Wednesday, November 27, 2013

Book Tour for Shadow of a Man by Maria Hammarblad (Review)

As a sci-fi fan I'm excited to have Maria Hammarblad back today with her novella, Shadow of a Man.  Keep reading to find out what makes a good sci-fi story courtesy of the author, along with my impressions of her book.

In my opinion, there’s one basic premise that must be fulfilled to make an interesting story regardless of genre: it must make readers care what happens. Whether it’s science fiction, fantasy, a thriller, or something happening in a historical setting, the reader needs to be interested in the characters and their fate. 
The forest can be immensely dark and scary, the palace vast with marble floors and tremendous chandeliers, or the spaceship engines so clever they could almost work, but if there aren’t any people there, who cares? I might stay up at night to imagine my own interplanetary drive, but I’m not likely to stay up reading about someone else’s. The hero in great peril is a completely different matter. In that situation I have to know if the heroine will arrive in time to save him, and with the character’s life at stake, logic dictating two in the morning is past my bedtime doesn’t stand a chance. 
This sounds self-evident, but trust me, as a writer it’s really easy to get caught up in details. Also – in my opinion – this is where many science fiction authors stumble and fall headfirst. Sci-fi writers generally have a burning interest in science, the future, and space. If we didn’t, we’d be writing something else. This interest poses both a trap and an opportunity.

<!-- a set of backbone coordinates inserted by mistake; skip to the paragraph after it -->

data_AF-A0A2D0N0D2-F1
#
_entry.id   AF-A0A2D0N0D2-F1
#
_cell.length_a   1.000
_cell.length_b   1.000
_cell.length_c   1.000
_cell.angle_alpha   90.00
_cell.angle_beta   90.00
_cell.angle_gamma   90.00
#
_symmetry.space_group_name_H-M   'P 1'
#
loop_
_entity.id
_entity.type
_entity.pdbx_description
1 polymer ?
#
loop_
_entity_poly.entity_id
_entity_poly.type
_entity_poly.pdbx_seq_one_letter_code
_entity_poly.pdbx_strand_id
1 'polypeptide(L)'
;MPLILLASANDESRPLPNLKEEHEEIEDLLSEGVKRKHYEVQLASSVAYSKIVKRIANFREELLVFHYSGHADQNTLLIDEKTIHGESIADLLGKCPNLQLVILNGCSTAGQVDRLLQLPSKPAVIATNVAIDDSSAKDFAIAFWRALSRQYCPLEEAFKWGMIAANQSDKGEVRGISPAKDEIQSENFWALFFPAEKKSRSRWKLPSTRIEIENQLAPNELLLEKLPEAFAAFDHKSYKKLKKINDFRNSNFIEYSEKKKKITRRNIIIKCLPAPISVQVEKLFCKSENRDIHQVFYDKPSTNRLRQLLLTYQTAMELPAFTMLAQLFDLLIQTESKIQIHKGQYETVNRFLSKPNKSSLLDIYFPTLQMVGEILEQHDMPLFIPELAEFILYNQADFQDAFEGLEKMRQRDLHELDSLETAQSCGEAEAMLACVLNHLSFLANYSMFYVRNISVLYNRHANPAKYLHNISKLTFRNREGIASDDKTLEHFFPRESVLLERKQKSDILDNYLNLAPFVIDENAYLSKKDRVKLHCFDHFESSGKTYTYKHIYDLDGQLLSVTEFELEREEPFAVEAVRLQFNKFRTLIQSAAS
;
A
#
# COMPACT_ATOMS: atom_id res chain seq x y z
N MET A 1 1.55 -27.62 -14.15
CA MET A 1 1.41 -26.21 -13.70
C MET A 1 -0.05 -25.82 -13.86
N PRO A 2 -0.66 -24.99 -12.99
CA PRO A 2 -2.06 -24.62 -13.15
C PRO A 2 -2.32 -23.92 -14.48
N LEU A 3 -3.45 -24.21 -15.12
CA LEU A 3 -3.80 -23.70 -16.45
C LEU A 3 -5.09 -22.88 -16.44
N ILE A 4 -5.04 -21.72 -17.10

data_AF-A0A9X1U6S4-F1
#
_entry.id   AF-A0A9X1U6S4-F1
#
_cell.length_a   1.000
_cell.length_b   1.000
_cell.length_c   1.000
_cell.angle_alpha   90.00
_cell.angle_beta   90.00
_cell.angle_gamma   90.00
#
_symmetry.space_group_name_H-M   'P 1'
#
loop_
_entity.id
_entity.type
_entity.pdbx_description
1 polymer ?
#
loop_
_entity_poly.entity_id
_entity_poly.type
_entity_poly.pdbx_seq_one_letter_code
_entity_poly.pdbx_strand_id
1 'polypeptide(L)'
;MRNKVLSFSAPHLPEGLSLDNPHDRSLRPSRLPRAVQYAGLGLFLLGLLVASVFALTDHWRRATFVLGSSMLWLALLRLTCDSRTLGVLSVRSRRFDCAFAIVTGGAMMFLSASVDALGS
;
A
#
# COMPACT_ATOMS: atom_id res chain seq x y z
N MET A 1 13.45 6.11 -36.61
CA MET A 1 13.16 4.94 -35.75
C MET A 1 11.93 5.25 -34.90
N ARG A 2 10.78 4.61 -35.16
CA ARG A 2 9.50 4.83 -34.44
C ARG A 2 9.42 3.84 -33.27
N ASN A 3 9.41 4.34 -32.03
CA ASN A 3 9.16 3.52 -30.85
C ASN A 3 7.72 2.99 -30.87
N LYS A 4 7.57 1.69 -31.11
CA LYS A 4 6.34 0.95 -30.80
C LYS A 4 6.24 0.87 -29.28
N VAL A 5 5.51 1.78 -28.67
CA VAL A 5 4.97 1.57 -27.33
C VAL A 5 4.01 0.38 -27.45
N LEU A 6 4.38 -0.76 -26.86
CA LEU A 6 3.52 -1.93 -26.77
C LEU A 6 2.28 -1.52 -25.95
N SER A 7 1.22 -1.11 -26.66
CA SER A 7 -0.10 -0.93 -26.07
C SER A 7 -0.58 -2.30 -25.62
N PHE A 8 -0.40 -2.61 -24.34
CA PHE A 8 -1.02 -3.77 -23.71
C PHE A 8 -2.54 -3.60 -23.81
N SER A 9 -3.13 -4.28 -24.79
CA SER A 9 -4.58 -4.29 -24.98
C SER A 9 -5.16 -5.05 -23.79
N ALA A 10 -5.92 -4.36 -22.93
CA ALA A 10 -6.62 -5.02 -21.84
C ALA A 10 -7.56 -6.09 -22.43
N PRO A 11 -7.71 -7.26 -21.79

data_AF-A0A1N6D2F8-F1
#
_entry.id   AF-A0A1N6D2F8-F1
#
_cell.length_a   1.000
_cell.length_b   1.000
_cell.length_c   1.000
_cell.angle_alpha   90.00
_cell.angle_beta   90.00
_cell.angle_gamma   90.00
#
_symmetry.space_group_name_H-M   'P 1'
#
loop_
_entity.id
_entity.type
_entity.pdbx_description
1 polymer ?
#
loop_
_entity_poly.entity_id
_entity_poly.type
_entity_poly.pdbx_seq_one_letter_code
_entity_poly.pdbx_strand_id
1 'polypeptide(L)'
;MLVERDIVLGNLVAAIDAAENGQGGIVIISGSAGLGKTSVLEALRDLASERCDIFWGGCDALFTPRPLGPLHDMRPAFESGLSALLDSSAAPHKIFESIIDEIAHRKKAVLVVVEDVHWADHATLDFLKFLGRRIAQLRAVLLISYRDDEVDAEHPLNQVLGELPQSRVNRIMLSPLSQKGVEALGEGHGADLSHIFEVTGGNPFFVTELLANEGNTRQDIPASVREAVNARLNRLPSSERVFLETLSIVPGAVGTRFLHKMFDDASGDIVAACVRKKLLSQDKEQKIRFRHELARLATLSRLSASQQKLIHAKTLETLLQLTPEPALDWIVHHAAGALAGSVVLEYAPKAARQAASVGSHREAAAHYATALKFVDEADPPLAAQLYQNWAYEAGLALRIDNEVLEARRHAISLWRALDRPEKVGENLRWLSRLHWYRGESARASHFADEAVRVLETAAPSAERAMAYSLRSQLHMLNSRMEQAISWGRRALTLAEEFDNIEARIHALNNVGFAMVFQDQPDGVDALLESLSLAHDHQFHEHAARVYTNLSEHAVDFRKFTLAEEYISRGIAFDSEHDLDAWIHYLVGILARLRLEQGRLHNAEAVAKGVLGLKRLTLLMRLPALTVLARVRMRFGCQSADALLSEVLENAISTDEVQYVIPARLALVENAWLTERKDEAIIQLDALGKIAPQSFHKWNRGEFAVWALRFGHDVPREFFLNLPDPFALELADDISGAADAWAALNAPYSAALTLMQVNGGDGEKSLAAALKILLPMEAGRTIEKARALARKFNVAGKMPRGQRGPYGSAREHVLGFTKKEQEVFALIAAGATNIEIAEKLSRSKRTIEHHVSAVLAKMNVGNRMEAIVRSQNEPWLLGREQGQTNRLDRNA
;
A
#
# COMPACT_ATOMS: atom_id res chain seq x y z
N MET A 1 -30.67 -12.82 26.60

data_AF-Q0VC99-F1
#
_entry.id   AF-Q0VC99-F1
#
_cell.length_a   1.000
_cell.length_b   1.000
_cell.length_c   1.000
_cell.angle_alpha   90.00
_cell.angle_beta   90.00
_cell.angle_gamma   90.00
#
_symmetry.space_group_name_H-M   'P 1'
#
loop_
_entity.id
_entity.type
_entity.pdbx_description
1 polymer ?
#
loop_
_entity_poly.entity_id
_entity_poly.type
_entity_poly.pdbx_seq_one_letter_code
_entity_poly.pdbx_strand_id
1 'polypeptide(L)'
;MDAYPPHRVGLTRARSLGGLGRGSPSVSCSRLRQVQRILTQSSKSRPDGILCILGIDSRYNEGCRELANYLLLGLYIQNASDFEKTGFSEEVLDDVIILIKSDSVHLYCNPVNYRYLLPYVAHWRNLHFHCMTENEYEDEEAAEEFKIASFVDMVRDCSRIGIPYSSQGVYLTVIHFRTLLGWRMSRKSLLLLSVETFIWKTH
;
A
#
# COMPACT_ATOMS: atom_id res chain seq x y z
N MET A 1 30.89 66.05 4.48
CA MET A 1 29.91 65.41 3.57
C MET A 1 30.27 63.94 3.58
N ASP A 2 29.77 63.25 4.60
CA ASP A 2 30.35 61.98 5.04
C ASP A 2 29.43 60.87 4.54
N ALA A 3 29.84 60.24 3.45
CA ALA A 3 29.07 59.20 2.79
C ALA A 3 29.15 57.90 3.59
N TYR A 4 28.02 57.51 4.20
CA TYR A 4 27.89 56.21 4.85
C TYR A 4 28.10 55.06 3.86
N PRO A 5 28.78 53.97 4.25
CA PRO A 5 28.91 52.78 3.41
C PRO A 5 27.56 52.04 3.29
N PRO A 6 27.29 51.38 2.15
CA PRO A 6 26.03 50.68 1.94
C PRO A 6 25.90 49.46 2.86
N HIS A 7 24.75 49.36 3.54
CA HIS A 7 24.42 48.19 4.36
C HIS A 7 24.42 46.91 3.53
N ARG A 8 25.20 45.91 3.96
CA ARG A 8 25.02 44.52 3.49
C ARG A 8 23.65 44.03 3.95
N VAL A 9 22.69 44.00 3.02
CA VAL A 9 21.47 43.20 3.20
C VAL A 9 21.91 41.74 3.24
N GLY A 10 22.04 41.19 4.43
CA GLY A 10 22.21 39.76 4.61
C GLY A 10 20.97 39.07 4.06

I know exactly what the spaceships in my books look like, I know what the worlds look like, how big a space station is in relation to the hero’s ship, and I have a general idea of how I want the ships and worlds to work. Most of my readers couldn’t care less. They want to know if the heroine will make it back home in spite of being abducted by a crazy murderer. 
Here’s the thing though; whatever details about science and worlds make it into the finished story must be plausible. I’m not saying it has to be real or invented yet, but it must be somewhat credible. If nothing in the book sounds like it could be real, no one will believe it, and readers will lose interest without even knowing why they’re bored. If it does seem real, it can be both thought provoking and fascinating. 
Remember I said the interest in science/future/space is both a trap and an opportunity? The interest will drive writers to learn more and perform actual research. Incorporating elements of reality will make a better story. On the other hand, it will also tempt writers to put too much theory in there. Everyone’s different, of course, but unless it’s woven into the story, page after page with details about imaginary artificial gravity would bore me to tears. 
There’s much more to science fiction, of course. Many books offer provocative ideas, take readers to a dystopian future, show how new technology can impact our lives, or why not speculate in someone travelling back in time, changing history. The same basic ideas apply; whether gruesome or jolly, the story needs to be entertaining, and at least somewhat feasible. 
What do you think? What is important to you when you read?

There might be a place Theresa fears more than Borealis, but she can't think of one. The old and decrepit station houses all sorts of cruelty, and to make it better, this is where her husband Dominic was imprisoned, drugged, and tortured. He returned a mere shadow of his old self, scarred by abuse and Uudon withdrawal.
Borealis is the last place Theresa wants to go, and the only one she can't escape. Dominic's apparent madness does nothing to alleviate her fears. Her once sweet husband has turned into a womanizing monster, and will destroy anyone who gets in her way.